By Donna Ladd
Mayor Chokwe A. Lumumba signed an executive order today prohibiting the Jackson Police Department from using choke-holds, knee-on-neck or any other tactic that restricts breathing in an amendment of its use-of-force policy. He also bans shooting at moving vehicles and requires officers to intervene when another offer violates the updated use-of-force policy.
Much of the order draws from evidence-based practices shown to reduce police violence.
In the order, the mayor acknowledged that Jackson has faced a number of use-of-force problems since he became mayor in July 2017, saying “the City of Jackson has experienced deaths and other harms through the use of excessive and/or deadly force by police officers” and, thus, faces “an immediate need to examine and amend the City of Jackson’s use of force policies and procedures.”
As recently as May 22, JPD Officer Myron Smith was captured on video appearing to choke a young black man, bending him backward over the top of a car and angrily repeating, “Make me, make me, I say, make me!” The officer was placed on administrative lead pending an investigation.
Then, on June 9, in the wake of a massive protest in Jackson against police brutality, attorney Dennis Sweet III appeared with five families who have either lost family members to JPD violence or been abused by police themselves to raise awareness about over-policing in the capital city.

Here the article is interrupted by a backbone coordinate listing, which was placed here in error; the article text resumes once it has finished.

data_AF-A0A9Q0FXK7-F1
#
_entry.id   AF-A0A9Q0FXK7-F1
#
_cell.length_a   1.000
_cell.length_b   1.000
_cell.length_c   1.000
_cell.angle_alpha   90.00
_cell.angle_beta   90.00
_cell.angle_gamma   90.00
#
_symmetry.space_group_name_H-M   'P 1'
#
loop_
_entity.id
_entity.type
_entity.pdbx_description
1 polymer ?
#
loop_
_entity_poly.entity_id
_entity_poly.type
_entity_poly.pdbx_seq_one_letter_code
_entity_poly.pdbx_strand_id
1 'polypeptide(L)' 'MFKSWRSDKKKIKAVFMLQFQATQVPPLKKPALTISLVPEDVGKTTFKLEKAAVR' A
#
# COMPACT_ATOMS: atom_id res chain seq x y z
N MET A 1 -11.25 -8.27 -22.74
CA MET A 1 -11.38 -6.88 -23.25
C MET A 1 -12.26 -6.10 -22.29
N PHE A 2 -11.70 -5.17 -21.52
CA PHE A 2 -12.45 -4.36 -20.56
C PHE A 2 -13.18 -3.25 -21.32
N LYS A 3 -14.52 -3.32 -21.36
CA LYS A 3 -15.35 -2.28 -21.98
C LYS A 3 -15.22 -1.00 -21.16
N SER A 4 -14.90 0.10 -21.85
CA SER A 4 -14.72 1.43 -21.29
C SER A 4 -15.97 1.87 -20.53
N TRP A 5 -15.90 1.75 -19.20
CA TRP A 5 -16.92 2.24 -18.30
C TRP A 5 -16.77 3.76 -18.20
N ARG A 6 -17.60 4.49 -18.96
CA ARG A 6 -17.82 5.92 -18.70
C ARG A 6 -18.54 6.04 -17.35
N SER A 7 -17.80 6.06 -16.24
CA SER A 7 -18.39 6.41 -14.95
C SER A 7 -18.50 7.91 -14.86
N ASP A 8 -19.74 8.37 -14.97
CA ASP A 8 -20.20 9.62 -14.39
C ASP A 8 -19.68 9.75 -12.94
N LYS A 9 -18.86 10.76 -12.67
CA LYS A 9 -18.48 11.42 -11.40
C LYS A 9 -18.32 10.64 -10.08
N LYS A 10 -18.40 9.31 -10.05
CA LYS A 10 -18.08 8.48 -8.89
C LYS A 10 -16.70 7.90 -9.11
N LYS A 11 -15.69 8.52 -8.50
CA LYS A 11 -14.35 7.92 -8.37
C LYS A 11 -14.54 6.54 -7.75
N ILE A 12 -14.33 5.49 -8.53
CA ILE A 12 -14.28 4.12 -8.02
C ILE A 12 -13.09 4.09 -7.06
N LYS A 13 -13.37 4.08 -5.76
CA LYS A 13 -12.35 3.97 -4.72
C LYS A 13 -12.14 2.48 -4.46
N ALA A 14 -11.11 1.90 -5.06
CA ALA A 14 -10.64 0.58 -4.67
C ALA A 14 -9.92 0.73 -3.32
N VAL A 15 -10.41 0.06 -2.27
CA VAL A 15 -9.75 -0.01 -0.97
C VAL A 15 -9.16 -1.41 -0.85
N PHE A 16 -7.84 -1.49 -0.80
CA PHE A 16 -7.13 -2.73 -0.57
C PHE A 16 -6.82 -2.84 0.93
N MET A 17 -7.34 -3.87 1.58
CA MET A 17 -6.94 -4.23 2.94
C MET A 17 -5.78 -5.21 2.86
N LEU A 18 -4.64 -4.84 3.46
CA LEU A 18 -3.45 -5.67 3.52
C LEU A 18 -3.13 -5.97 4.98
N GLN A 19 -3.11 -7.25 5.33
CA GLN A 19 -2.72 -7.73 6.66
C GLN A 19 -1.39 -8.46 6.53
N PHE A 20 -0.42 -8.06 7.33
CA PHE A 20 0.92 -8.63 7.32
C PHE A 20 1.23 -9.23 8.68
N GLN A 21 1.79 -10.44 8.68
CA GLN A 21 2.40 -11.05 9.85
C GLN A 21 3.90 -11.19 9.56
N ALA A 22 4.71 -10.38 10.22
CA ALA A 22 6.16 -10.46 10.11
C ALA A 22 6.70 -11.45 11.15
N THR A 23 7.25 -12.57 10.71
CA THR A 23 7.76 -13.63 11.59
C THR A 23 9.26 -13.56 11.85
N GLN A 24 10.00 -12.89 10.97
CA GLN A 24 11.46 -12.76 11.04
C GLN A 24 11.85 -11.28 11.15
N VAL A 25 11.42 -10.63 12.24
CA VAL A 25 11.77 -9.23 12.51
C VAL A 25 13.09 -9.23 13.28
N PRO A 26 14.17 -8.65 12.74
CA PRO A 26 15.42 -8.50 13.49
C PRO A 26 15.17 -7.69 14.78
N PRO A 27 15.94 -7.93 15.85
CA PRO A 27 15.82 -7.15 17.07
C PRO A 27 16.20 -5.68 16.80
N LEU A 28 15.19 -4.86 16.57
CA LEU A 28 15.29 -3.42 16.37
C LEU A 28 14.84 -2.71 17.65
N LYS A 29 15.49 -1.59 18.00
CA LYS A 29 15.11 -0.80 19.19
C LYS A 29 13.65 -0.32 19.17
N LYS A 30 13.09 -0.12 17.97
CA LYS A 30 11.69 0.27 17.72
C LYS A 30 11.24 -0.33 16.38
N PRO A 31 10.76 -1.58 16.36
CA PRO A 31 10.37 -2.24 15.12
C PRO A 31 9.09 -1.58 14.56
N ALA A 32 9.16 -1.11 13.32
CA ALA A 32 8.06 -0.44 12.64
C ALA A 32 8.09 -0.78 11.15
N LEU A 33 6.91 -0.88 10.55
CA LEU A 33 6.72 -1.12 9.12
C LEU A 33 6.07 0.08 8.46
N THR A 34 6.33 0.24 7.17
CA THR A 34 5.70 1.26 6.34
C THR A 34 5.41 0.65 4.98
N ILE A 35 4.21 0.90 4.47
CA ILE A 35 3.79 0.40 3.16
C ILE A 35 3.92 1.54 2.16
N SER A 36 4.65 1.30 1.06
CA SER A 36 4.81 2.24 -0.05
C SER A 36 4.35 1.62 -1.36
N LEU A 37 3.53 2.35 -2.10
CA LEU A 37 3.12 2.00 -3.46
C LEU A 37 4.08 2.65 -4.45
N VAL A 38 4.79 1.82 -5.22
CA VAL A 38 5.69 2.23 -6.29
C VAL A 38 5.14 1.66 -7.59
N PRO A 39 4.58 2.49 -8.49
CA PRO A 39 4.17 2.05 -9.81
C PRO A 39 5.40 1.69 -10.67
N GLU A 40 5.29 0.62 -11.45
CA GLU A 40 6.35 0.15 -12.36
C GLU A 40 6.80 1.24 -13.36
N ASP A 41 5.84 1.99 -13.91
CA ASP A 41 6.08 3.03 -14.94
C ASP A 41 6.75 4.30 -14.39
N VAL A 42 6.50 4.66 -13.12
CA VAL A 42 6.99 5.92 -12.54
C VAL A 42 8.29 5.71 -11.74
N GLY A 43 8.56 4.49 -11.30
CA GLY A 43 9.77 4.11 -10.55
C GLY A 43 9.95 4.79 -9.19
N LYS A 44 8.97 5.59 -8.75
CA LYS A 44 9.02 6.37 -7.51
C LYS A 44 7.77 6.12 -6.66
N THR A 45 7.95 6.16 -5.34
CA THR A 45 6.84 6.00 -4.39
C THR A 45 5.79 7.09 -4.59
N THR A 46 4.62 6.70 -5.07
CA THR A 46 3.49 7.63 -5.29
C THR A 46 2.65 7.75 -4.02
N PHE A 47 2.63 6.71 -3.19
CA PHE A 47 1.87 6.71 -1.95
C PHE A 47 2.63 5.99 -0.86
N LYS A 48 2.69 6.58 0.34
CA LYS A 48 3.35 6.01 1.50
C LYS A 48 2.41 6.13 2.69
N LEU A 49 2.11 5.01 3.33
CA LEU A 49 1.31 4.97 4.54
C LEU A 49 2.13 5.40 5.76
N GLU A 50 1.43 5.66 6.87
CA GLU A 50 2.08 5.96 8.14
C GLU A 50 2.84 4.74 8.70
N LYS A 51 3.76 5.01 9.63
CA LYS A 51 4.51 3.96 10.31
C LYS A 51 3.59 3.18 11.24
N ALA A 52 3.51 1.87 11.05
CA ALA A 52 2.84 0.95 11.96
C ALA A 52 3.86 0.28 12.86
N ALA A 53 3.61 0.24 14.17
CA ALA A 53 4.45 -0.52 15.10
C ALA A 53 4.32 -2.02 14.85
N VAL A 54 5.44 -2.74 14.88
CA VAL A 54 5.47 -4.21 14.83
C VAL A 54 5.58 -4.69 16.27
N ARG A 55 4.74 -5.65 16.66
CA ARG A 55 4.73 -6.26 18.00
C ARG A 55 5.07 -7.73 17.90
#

The new executive order says that officers will “de-escalate situations, where possible, by communicating with subjects, maintaining distance, and otherwise eliminating the need to use force.” It also attempts to break down what is often called the “blue wall of silence” among police officers in the U.S., requiring officers “to intervene and stop excessive force used by other officers and report these incidents immediately to a supervisor.”
Lumumba’s order further seeks to end a dangerous practice among many police officers—shooting at moving vehicles, often causing them to go out of control and kill the driver or even innocent bystanders. The mayor calls this habit “a particularly dangerous and ineffective tactic.”
The order promises to create a “Use of Force Continuum” to limit the kind of force that can be used depending on how the suspect is resisting or acting, and to require all officers to “exhaust all other reasonable means before resorting to deadly force.” The mayor is also requiring officers to issue verbal warnings before firing at a person unless extenuating circumstances make it impossible.
Lumumba is demanding comprehensive reporting where officers must report each time they use or threaten to use force.
The order does not make clear the penalties for violating the mayor’s new order.
About a year and a half into his term and after this newspaper’s sustained team reporting and editorials in response to a spate of officer-involved deaths and shootings, the mayor finally agreed to begin publicly naming police officers who shoot or kill people in Jackson, sharing the first list with the Jackson Free Press in January 2019, a year and a half after he took office. Historically, the names of these officers were typically never released, which violated the national standard of releasing the officer’s name within 72 hours in the majority of circumstances.
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By Donna Ladd